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E3 Event Calendar

All the hottest events to check out over this year’s E3 period!

This list will be updated whenever possible.
By default all times are in AEST(UTC+10) but if you subscribe to the calendar you can alter it to any timezone you wish.

Gaming Firsts with an Oscar, Olympic Series and Free Xbox Multiplayer.

First Oscar Win for Game Developers

Late last year Respawn Entertainment released Medal of Honor: Above and Beyond, a virtual reality first person shooter. To honour the theme of this game, the producers included a gallery mode directed by Anthony Giacchino featuring short films about the veterans of World War II. Included is Colette, the story of her family’s assistance to the French Resistance and her brother’s capture. This 25-minute short rose to fame after winning Best Short Film at the Big Sky Documentary Film Festival in 2020, and became the first film produced by a video game studio to win an Oscar at the 93rd Academy Awards.

While not directly referenced by the award ceremony, Mr. Giacchino specifically thanked executive producer Peter Hirschmann the director of Medal of Honor: Above and Beyond and everyone at Electronic Arts and Respawn Entertainment, especially Vince Zampella, the Head of Respawn Entertainment, Dusty Welch, Chief Operating Officer also at Respawn Entertainment, and Laura Miele, Chief Studios Officer at Electronic Arts Worldwide Studios. The film was made in conjunction with Oculus and the team at Respawn Entertainment, a subsidiary of Electronic Arts.

Gaming Olympics coming in 2020… sort of.

The International Olympics Committee (IOC) have announced the first Olympic Virtual Series to take place before the Tokyo 2020 Games, running from the 13th May to Jun 23. The series currently includes five different games, of which the physical games will be monitored by apps such as Zwift, an app for bike training, and an open format for rowing. For non-physical competitions, these will be run by their own platforms for the Series and include; Gran Turismo by Polyphony Digital, a car racing game available on PlayStation Consoles; Virtual Regatta, run by Virtual Regatta SAS, an app available on Android and iOS; and eBaseball Powerful Pro Baseball 2020, Konami Digital Entertainment’s highly customisable baseball simulator currently available on PS4 and Switch – and only in Japanese. The IOC’s announcement also made it clear that these events will be open to the public and in ways that will “maximise (sic) online mass participation and prioritise (sic) inclusivity and participation”.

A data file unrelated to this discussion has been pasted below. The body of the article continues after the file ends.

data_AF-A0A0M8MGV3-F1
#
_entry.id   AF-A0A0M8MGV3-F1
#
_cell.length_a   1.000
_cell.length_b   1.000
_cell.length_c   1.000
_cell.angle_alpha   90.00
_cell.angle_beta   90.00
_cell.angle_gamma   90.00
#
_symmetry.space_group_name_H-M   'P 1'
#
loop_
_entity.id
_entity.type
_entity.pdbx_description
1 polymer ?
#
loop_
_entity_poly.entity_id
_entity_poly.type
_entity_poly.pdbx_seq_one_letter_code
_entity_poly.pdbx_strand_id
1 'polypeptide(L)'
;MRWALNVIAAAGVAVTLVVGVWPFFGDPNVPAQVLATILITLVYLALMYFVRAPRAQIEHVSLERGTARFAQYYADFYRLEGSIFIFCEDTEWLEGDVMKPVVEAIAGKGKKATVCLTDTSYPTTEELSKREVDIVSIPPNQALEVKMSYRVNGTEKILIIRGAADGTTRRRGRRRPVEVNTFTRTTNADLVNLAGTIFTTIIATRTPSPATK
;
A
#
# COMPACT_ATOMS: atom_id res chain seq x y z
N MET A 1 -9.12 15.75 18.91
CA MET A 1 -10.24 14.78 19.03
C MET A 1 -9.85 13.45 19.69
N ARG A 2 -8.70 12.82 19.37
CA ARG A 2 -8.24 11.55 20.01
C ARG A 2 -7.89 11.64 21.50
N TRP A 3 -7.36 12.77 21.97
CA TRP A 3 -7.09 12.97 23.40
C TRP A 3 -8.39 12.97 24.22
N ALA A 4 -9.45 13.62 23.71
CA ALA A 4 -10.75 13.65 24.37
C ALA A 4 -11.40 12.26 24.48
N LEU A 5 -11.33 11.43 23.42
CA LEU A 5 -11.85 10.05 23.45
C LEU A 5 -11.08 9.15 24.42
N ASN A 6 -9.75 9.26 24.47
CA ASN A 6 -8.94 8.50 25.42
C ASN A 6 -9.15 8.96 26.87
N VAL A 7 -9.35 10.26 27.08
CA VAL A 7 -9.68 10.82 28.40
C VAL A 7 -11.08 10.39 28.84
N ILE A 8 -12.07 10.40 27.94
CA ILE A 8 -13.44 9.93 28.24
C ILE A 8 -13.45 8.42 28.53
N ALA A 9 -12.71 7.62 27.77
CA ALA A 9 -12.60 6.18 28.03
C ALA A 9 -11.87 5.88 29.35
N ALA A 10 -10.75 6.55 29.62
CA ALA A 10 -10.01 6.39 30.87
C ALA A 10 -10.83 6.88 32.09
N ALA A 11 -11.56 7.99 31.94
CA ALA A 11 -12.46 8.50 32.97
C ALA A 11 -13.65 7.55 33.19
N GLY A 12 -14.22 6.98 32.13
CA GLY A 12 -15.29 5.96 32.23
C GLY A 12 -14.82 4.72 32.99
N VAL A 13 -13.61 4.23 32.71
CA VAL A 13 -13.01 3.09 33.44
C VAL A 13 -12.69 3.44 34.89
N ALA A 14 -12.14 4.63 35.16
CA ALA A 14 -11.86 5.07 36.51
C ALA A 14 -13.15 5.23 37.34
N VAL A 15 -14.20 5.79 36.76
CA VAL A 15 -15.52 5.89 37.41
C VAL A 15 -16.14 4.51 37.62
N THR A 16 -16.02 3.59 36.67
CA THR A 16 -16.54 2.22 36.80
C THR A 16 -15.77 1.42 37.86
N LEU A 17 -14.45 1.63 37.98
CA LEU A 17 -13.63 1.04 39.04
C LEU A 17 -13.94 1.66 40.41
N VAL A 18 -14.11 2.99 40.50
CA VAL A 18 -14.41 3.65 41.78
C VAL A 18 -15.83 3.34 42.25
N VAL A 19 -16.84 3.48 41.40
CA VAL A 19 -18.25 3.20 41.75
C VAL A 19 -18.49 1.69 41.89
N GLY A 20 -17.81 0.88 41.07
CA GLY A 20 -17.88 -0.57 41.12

Free to Play games on Xbox now Free to Play.

Microsoft announced on the 21st of April that from that day, all Free to Play games will now no longer require an Xbox Live Gold Subscription for access to online play. This includes Looking for Group options and party chats for those games. The exceptions to this are trials, pre-order demos, or early access for paid games. These will still require membership to Xbox Live Gold to access online multiplayer content. If you currently are subscribed to Xbox Live specifically for this purpose, Microsoft is offering a one-time option to immediately cancel and receive credit based on the remaining time.

Now for some game releases.

On April 30th, the exclusive horror roguelike shooter Returnal is coming to PS5 and New Pokemon Snap will be releasing to the Switch.

Then, for the May the 4th be with you, The Colonists, a cute and relaxing building game is coming to PS4, Xbox One and Switch, and Dark Nights with Poe and Munro, the episodic Full Motion Video, choose your own adventure game, is coming to PS4 and Xbox One.

 

Carrion Review

Developer: Phobia Game Studio
Publisher: Devolver Digital
Audio: Cris Velasco
Platforms: Switch, Xbox One, Window, Mac & Linux
Release Date: 23/7/2020
Genre: 2D Action Platformer

Carrion is made for those who have, in one way or another, wished to unleash their inner Mr Hyde. And a warning to the wise and not so wicked, if you dislike the creepy, or are triggered by pixelated gore, the spatter and squelch of viscera, screams of terror, or unleashing the horror within… you are probably not going to be into this.